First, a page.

A New Christmas Vow

How has the Holiday Season changed us? We go through the grind of purchasing a gift for someone who we may have in an exchange and what is the value?

I have vowed to change the way in which I give gifts. Rather than buying from another person's shopping list, I pledge to learn about the person and then craft a present that encourages them to pursue a dream. The gifts that were presented to Jesus, were items that stated expectations for him. I would like to do the same this next season.

Hopefully, I will not give another magazine subscription or the latest gadget that someone must have to survive. I want the gift to inspire the recipient to climb a mountain that they have thought about but have not yet undertaken. I want to help someone to really come alive.


Seasonal Thoughts

Any number of holidays, representing a number of religious celebrations, dot the December calendar. Jews regard Hanukkah, Muslims pause for Ramadan, Kwanzaa is set apart by many African Americans, and Christians celebrate Christmas.

The question that I have raise is why is there a general lack of respect for the Holy Days of other religions? If we as Christians desire that our Holy Days be recognized, are we willing to give respect to the special days of other religions?

I am not suggesting that we expect a Christian to participate in the festivities of any of these holidays any more than we should expect a Muslim or a Jew to participate in our celebrations. However, it seems that granting respect for different expressions would earn the opportunity to bridge the crevice which separates us.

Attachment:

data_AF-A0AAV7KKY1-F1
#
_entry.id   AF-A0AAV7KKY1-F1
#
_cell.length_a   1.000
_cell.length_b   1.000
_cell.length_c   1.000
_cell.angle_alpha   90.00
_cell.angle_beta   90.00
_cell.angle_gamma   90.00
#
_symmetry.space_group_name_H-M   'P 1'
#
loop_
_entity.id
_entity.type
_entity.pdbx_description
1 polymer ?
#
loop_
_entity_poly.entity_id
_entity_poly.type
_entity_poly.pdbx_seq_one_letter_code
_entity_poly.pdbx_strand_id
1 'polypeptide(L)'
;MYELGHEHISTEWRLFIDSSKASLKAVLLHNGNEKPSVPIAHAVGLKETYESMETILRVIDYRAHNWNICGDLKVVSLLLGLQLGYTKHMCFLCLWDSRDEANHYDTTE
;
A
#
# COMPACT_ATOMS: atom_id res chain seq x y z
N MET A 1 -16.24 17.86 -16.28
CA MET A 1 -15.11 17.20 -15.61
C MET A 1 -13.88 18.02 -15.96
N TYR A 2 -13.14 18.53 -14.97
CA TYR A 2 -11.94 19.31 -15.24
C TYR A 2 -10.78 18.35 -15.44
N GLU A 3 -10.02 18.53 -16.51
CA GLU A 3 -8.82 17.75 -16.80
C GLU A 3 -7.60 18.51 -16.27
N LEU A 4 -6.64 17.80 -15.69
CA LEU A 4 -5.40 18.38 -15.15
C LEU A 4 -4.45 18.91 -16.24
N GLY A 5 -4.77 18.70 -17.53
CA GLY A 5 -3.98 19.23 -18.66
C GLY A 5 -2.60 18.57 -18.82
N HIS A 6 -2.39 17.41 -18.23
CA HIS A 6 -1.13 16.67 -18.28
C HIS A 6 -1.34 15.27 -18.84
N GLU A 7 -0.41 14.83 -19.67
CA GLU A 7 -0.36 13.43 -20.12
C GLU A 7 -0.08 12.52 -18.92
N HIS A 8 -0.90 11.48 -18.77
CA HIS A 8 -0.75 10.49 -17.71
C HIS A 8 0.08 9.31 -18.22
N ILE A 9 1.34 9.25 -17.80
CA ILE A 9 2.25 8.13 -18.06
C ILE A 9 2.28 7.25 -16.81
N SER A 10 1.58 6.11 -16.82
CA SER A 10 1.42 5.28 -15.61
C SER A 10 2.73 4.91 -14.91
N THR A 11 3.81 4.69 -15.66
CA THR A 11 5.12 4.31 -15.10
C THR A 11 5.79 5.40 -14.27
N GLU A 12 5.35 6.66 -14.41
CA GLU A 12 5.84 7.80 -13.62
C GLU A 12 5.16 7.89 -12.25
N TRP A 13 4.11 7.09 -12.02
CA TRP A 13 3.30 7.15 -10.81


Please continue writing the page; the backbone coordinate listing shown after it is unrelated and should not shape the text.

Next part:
Set a Day Aside for Complaining

For those of us in the United States (November 22) and Canada (October 8), Thanksgiving has come and gone. Gratitude is not easily expressed by many of us and I am not sure why. It may be that inwardly we think that we have earned what we have and thus it is not necessary to thank another person. It may be that we have an arrogance that reasons that we deserve what we have and thus we are not thankful.

The irony is that in traveling through several third world countries, I find that they appreciate and are thankful for what they have. By our western standards, they would be considered impoverished. Instead of focusing on the material accumulations, they consider themselves wealthy because they have family and friends.

It is my suggestion that we in the west learn the secrets to their joy and be thankful for relationships and family. It is in these that we find true meaning to life. Another irony is that in the midst of our surplus of "toys" we are more wont to complain than the remainder of the world. Let's consider dropping "Thanksgiving" as a holiday and set aside one day for complaining and whining. If we are consistent with the expression of our gratitude, we should then only complain this one day a year.